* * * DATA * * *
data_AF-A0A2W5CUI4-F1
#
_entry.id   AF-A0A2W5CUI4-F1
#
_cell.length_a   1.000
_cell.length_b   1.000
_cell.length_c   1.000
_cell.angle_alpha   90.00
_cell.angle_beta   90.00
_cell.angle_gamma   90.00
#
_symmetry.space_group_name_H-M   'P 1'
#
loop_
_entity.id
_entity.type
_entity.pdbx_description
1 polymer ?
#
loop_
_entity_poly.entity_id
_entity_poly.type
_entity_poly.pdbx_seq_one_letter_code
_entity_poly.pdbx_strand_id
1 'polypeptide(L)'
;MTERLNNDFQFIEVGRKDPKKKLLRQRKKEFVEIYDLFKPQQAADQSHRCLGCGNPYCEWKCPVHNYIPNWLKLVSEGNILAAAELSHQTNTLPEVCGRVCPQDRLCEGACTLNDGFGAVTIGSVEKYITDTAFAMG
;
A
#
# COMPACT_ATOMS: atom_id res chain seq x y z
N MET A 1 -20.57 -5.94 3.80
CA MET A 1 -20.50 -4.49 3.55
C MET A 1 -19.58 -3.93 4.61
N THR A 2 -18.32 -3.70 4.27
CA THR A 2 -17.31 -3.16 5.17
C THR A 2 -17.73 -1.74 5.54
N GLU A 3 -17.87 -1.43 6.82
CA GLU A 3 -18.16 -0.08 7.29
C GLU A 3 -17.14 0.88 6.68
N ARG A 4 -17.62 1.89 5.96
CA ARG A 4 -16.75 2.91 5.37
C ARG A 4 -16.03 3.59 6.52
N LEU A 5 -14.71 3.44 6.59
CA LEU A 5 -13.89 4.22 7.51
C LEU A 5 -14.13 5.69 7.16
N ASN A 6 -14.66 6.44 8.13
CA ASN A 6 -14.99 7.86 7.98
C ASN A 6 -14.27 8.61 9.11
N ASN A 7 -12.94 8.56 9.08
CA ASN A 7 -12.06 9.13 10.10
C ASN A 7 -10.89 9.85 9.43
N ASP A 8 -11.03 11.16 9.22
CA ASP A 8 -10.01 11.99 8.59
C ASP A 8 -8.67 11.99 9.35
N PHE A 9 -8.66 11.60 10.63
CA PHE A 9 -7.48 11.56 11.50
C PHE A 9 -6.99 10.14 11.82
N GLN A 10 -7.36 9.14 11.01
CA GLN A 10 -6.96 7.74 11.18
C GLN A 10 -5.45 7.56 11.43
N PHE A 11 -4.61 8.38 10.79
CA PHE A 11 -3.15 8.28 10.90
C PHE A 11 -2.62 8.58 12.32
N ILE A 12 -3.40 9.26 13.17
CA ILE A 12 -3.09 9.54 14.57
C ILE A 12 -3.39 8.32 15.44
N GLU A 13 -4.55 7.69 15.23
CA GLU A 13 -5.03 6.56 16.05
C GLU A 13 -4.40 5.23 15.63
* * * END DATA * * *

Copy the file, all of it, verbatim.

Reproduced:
data_AF-A0A2W5CUI4-F1
#
_entry.id   AF-A0A2W5CUI4-F1
#
_cell.length_a   1.000
_cell.length_b   1.000
_cell.length_c   1.000
_cell.angle_alpha   90.00
_cell.angle_beta   90.00
_cell.angle_gamma   90.00
#
_symmetry.space_group_name_H-M   'P 1'
#
loop_
_entity.id
_entity.type
_entity.pdbx_description
1 polymer ?
#
loop_
_entity_poly.entity_id
_entity_poly.type
_entity_poly.pdbx_seq_one_letter_code
_entity_poly.pdbx_strand_id
1 'polypeptide(L)'
;MTERLNNDFQFIEVGRKDPKKKLLRQRKKEFVEIYDLFKPQQAADQSHRCLGCGNPYCEWKCPVHNYIPNWLKLVSEGNILAAAELSHQTNTLPEVCGRVCPQDRLCEGACTLNDGFGAVTIGSVEKYITDTAFAMG
;
A
#
# COMPACT_ATOMS: atom_id res chain seq x y z
N MET A 1 -20.57 -5.94 3.80
CA MET A 1 -20.50 -4.49 3.55
C MET A 1 -19.58 -3.93 4.61
N THR A 2 -18.32 -3.70 4.27
CA THR A 2 -17.31 -3.16 5.17
C THR A 2 -17.73 -1.74 5.54
N GLU A 3 -17.87 -1.43 6.82
CA GLU A 3 -18.16 -0.08 7.29
C GLU A 3 -17.14 0.88 6.68
N ARG A 4 -17.62 1.89 5.96
CA ARG A 4 -16.75 2.91 5.37
C ARG A 4 -16.03 3.59 6.52
N LEU A 5 -14.71 3.44 6.59
CA LEU A 5 -13.89 4.22 7.51
C LEU A 5 -14.13 5.69 7.16
N ASN A 6 -14.66 6.44 8.13
CA ASN A 6 -14.99 7.86 7.98
C ASN A 6 -14.27 8.61 9.11
N ASN A 7 -12.94 8.56 9.08
CA ASN A 7 -12.06 9.13 10.10
C ASN A 7 -10.89 9.85 9.43
N ASP A 8 -11.03 11.16 9.22
CA ASP A 8 -10.01 11.99 8.59
C ASP A 8 -8.67 11.99 9.35
N PHE A 9 -8.66 11.60 10.63
CA PHE A 9 -7.48 11.56 11.50
C PHE A 9 -6.99 10.14 11.82
N GLN A 10 -7.36 9.14 11.01
CA GLN A 10 -6.96 7.74 11.18
C GLN A 10 -5.45 7.56 11.43
N PHE A 11 -4.61 8.38 10.79
CA PHE A 11 -3.15 8.28 10.90
C PHE A 11 -2.62 8.58 12.32
N ILE A 12 -3.40 9.26 13.17
CA ILE A 12 -3.09 9.54 14.57
C ILE A 12 -3.39 8.32 15.44
N GLU A 13 -4.55 7.69 15.23
CA GLU A 13 -5.03 6.56 16.05
C GLU A 13 -4.40 5.23 15.63